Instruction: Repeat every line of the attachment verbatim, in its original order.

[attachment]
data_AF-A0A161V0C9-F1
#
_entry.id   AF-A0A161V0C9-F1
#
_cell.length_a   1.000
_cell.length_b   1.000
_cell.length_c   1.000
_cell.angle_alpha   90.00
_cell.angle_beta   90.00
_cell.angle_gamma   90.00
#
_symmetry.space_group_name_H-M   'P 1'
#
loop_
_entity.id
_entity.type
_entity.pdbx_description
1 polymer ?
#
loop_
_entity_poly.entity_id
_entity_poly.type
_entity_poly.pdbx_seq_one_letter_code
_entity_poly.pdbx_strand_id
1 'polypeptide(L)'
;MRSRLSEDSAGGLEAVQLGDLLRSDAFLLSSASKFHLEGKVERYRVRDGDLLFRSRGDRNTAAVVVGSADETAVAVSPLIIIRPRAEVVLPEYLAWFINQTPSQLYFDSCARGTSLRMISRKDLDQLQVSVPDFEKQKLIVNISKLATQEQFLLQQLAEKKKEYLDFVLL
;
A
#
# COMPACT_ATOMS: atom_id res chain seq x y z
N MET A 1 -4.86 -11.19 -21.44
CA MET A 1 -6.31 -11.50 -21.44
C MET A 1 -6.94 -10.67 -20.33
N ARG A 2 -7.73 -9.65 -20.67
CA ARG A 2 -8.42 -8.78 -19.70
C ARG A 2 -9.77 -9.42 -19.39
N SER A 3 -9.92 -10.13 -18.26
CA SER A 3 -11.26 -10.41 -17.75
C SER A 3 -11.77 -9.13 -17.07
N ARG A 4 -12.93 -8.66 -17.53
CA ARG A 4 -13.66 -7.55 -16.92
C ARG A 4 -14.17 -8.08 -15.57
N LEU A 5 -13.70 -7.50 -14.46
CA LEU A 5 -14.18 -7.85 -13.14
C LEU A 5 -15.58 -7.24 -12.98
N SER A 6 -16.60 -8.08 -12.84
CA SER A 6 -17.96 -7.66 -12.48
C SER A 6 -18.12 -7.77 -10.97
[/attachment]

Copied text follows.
data_AF-A0A161V0C9-F1
#
_entry.id   AF-A0A161V0C9-F1
#
_cell.length_a   1.000
_cell.length_b   1.000
_cell.length_c   1.000
_cell.angle_alpha   90.00
_cell.angle_beta   90.00
_cell.angle_gamma   90.00
#
_symmetry.space_group_name_H-M   'P 1'
#
loop_
_entity.id
_entity.type
_entity.pdbx_description
1 polymer ?
#
loop_
_entity_poly.entity_id
_entity_poly.type
_entity_poly.pdbx_seq_one_letter_code
_entity_poly.pdbx_strand_id
1 'polypeptide(L)'
;MRSRLSEDSAGGLEAVQLGDLLRSDAFLLSSASKFHLEGKVERYRVRDGDLLFRSRGDRNTAAVVVGSADETAVAVSPLIIIRPRAEVVLPEYLAWFINQTPSQLYFDSCARGTSLRMISRKDLDQLQVSVPDFEKQKLIVNISKLATQEQFLLQQLAEKKKEYLDFVLL
;
A
#
# COMPACT_ATOMS: atom_id res chain seq x y z
N MET A 1 -4.86 -11.19 -21.44
CA MET A 1 -6.31 -11.50 -21.44
C MET A 1 -6.94 -10.67 -20.33
N ARG A 2 -7.73 -9.65 -20.67
CA ARG A 2 -8.42 -8.78 -19.70
C ARG A 2 -9.77 -9.42 -19.39
N SER A 3 -9.92 -10.13 -18.26
CA SER A 3 -11.26 -10.41 -17.75
C SER A 3 -11.77 -9.13 -17.07
N ARG A 4 -12.93 -8.66 -17.53
CA ARG A 4 -13.66 -7.55 -16.92
C ARG A 4 -14.17 -8.08 -15.57
N LEU A 5 -13.70 -7.50 -14.46
CA LEU A 5 -14.18 -7.85 -13.14
C LEU A 5 -15.58 -7.24 -12.98
N SER A 6 -16.60 -8.08 -12.84
CA SER A 6 -17.96 -7.66 -12.48
C SER A 6 -18.12 -7.77 -10.97